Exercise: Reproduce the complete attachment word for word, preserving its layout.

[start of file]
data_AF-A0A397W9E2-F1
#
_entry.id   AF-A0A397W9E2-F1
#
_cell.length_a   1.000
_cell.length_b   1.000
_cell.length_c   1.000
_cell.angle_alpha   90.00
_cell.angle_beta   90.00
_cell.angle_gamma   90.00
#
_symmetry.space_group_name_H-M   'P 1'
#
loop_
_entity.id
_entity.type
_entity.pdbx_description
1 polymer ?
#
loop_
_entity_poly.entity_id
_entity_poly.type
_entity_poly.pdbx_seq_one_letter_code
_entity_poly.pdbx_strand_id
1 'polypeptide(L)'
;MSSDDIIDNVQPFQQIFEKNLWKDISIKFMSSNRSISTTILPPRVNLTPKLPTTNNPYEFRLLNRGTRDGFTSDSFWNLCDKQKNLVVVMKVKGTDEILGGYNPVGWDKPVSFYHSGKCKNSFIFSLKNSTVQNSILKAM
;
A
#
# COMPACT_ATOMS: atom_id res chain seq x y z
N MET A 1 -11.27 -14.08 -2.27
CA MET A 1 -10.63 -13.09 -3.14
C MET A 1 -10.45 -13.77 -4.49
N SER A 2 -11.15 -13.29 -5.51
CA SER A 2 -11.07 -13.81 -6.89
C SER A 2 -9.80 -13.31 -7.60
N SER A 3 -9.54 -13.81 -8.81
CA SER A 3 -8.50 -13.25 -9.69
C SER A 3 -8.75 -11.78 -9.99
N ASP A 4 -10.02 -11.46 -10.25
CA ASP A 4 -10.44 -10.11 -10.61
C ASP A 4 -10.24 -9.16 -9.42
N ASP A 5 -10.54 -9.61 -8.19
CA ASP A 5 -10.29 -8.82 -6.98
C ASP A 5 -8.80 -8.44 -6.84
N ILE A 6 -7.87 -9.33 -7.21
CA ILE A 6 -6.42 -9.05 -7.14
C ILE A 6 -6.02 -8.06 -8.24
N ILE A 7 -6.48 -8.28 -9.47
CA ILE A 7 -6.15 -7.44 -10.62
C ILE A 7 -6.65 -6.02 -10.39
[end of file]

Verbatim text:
data_AF-A0A397W9E2-F1
#
_entry.id   AF-A0A397W9E2-F1
#
_cell.length_a   1.000
_cell.length_b   1.000
_cell.length_c   1.000
_cell.angle_alpha   90.00
_cell.angle_beta   90.00
_cell.angle_gamma   90.00
#
_symmetry.space_group_name_H-M   'P 1'
#
loop_
_entity.id
_entity.type
_entity.pdbx_description
1 polymer ?
#
loop_
_entity_poly.entity_id
_entity_poly.type
_entity_poly.pdbx_seq_one_letter_code
_entity_poly.pdbx_strand_id
1 'polypeptide(L)'
;MSSDDIIDNVQPFQQIFEKNLWKDISIKFMSSNRSISTTILPPRVNLTPKLPTTNNPYEFRLLNRGTRDGFTSDSFWNLCDKQKNLVVVMKVKGTDEILGGYNPVGWDKPVSFYHSGKCKNSFIFSLKNSTVQNSILKAM
;
A
#
# COMPACT_ATOMS: atom_id res chain seq x y z
N MET A 1 -11.27 -14.08 -2.27
CA MET A 1 -10.63 -13.09 -3.14
C MET A 1 -10.45 -13.77 -4.49
N SER A 2 -11.15 -13.29 -5.51
CA SER A 2 -11.07 -13.81 -6.89
C SER A 2 -9.80 -13.31 -7.60
N SER A 3 -9.54 -13.81 -8.81
CA SER A 3 -8.50 -13.25 -9.69
C SER A 3 -8.75 -11.78 -9.99
N ASP A 4 -10.02 -11.46 -10.25
CA ASP A 4 -10.44 -10.11 -10.61
C ASP A 4 -10.24 -9.16 -9.42
N ASP A 5 -10.54 -9.61 -8.19
CA ASP A 5 -10.29 -8.82 -6.98
C ASP A 5 -8.80 -8.44 -6.84
N ILE A 6 -7.87 -9.33 -7.21
CA ILE A 6 -6.42 -9.05 -7.14
C ILE A 6 -6.02 -8.06 -8.24
N ILE A 7 -6.48 -8.28 -9.47
CA ILE A 7 -6.15 -7.44 -10.62
C ILE A 7 -6.65 -6.02 -10.39